We’ve all heard the stories by now. The guy who took a 1,300 mile road trip to purchase over 17,000 bottles of hand sanitizer for the express purpose of selling it all online at price-gouging prices. The couple who bought out all the meat at a supermarket, running in front of other customers, to hoard it for themselves. Empty shelves in grocery stores where the toilet paper and cleaning supplies used to be. People going crazy to ensure that they have “bread enough and to spare” with no thought for the well-being of others who must now do without. “For where envy and self-seeking exist, confusion and every evil thing are there” (James 3:16).
It’s a sad commentary on the human condition. Selfishness and self-absorption reign in many hearts — not all, but many. It is the very thing that Jesus came to save us from.
His thinly veiled warning is uncomprehended: “Whoever desires to save his life will lose it, but whoever loses his life for My sake will find it.” What kind of doubletalk is that? But then He explains it with a question: “For what profit is it to a man if he gains the whole world, and loses his own soul? Or what will a man give in exchange for his soul?” (Matt. 16:25-26).
Understand it now? Every human has a soul. It is eternal. Eternal life will be given to every soul “who by patient continuance in doing good seeks for glory, honor, and immortality; but to those who are self-seeking…indignation and wrath” (Rom. 2:7-8).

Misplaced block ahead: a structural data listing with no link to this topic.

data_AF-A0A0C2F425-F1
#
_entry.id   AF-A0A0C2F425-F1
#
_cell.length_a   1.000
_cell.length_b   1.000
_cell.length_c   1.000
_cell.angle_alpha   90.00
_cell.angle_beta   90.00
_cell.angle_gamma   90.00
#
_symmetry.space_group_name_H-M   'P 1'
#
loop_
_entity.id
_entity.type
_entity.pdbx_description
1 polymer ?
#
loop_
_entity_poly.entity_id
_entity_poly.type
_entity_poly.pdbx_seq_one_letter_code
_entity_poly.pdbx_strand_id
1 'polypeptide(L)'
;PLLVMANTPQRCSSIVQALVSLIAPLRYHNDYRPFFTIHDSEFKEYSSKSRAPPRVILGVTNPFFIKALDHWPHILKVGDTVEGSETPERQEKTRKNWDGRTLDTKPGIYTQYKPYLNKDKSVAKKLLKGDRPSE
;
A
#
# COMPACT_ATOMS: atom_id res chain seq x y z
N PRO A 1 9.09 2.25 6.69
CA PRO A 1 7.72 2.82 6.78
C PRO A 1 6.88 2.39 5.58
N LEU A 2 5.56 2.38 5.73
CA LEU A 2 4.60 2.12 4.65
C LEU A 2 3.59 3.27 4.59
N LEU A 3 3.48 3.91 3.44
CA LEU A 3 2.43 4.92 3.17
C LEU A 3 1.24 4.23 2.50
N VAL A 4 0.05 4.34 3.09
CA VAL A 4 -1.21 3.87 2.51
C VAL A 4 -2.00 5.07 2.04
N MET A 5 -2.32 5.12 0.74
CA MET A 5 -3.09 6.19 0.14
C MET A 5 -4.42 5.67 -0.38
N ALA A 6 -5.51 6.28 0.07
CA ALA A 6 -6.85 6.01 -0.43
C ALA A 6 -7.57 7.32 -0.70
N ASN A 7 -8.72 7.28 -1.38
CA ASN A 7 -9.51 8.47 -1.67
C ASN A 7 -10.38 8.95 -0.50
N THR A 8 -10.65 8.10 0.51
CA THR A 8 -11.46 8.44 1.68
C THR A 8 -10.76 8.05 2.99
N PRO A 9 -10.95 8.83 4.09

Still don’t get it? Consider this old folk story known as “The Parable of the Spoon.”
One day a man said to God, “God, I would like to know what Heaven and Hell are like.”
God showed the man two doors. Inside the first one, in the middle of the room, was a large round table with a large pot of stew. It smelled delicious and made the man’s mouth water, but the people sitting around the table were thin and sickly. They appeared to be famished. They were holding spoons with very long handles and each found it possible to reach into the pot of stew and take a spoonful, but because the handle was longer than their arms, they could not get the spoons back into their mouths.
The man shuddered at the sight of their misery and suffering.
God said, “You have seen Hell.”
Behind the second door, the room appeared exactly the same. There was the large round table with the large pot of wonderful stew that made the man’s mouth water. The people had the same long-handled spoons, but they were well nourished and plump, laughing and talking.
The man said, “I don’t understand.”
God smiled. “It is simple,” He said, “Love only requires one skill. These people learned early to feed one another. Those who are hungry are greedy people, and they think only of themselves.”
The coronavirus will not destroy a single soul for eternity, but self-absorption will.
“We know that we have passed from death to life, because we love the brethren. He who does not love his brother abides in death” (1 John 3:14).